Any consensus on which is the best recording/performance of The Planets?

 

There is no consensus, but by far my favourite recording is Previn/LSO.

 

 

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1 hour ago, Kasey Kockroach said:

Any consensus on which is the best recording/performance of The Planets?

 

Coincidentally I saw The Planets at the BBC Proms yesterday evening, played by the Bournemouth Symphony Orchestra under Kirill Karabits.  I took my 16 year-old nephew who had never been to any sort of concert before, so I had purposely bought choir seats so that he could get a good view of the orchestra.  It was quite an experience and I was really impressed with the orchestra's performance.  If you are interested you should be able to listen to the concert on the BBC Radio 3 player for the next month or so at this link.  It was wonderful to be able to see the percussion section so close to us that we could almost read their music from the stands.

 

The concert also featured John Adams's Short Ride In a Fast Machine (we were sat right behind the wood block!) and Samuel Barber's gorgeous violin concerto played by the Serbian violinist Nemanja Radulovic, so plenty to enjoy if you have the time.

 

DSC03240.JPG

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2 minutes ago, Omen II said:

John Adams's Short Ride In a Fast Machine

 

A great piece!

 

2 minutes ago, Omen II said:

Samuel Barber's gorgeous violin concerto

 

Another great piece!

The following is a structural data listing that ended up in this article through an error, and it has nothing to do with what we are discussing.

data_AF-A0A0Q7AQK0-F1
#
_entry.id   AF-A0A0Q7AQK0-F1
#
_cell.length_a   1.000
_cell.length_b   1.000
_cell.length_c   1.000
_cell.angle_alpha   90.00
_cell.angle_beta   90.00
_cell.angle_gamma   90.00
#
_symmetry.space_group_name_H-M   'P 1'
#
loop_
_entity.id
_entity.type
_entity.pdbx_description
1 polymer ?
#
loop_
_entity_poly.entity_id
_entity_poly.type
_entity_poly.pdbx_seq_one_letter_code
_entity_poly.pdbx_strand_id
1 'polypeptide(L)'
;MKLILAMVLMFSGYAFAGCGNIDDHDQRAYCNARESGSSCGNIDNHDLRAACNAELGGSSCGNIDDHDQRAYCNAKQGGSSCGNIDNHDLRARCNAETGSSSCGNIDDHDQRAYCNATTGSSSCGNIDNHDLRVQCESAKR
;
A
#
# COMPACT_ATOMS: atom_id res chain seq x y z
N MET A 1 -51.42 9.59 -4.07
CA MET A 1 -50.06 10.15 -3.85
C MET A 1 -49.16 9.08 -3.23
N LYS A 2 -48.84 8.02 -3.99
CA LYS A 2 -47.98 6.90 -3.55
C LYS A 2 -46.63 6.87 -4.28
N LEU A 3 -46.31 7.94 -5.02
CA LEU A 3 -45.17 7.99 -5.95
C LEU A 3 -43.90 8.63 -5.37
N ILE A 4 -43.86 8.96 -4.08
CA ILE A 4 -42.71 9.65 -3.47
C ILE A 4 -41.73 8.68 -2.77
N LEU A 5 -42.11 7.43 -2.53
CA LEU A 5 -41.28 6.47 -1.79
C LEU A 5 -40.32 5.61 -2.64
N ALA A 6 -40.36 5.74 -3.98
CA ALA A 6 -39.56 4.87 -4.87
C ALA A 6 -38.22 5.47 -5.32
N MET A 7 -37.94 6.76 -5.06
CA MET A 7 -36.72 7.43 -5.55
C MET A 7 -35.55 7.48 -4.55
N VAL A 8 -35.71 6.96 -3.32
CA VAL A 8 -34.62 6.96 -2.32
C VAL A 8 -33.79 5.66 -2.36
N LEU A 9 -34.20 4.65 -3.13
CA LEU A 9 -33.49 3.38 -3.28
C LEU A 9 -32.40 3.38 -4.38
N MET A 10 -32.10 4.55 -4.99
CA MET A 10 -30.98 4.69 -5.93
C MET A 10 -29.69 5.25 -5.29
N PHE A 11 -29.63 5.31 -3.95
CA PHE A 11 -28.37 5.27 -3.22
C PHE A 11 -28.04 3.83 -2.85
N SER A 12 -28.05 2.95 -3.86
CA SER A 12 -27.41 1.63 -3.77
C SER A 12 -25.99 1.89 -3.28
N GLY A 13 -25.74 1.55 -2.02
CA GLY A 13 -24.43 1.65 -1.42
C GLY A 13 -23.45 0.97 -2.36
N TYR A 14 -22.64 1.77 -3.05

3 minutes ago, Omen II said:

the wood block!

 

My favourite instrument!

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I sound like a broken record with my Slatkin praise, but his recording with the Philharmonia Orchestra really is my favorite.  It's a GREAT recording from a sound quality standpoint as well.

 

No other recording of Jupiter I've heard emphasizes the staccato articulations in the violins quite this much.  I love it.  Bernstein's famous recording especially slurs the crap out of that opening figure.

 

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22 minutes ago, Disco Stu said:

No other recording of Jupiter I've heard emphasizes the staccato articulations in the violins quite this much.  I love it.  Bernstein's famous recording especially slurs the crap out of that opening figure.tl

 

Thin important detail is the first thing I check out when sampling a new recording of The Planets.

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27 minutes ago, Jurassic Shark said:

Oooh, SOUND DIMENSION!

 

Speaking about Slatkin, he has recorded an interesting version of Mussorgsky's Pictures, with each movement orchestrated by a different composer. Well worth a listen!

 

 

 

Great album.  Here's the 1991 BBC Proms TV program about that project, where he even compares and contrasts different interpretations.  Very cool stuff.

 

 

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3 hours ago, The Illustrious Jerry said: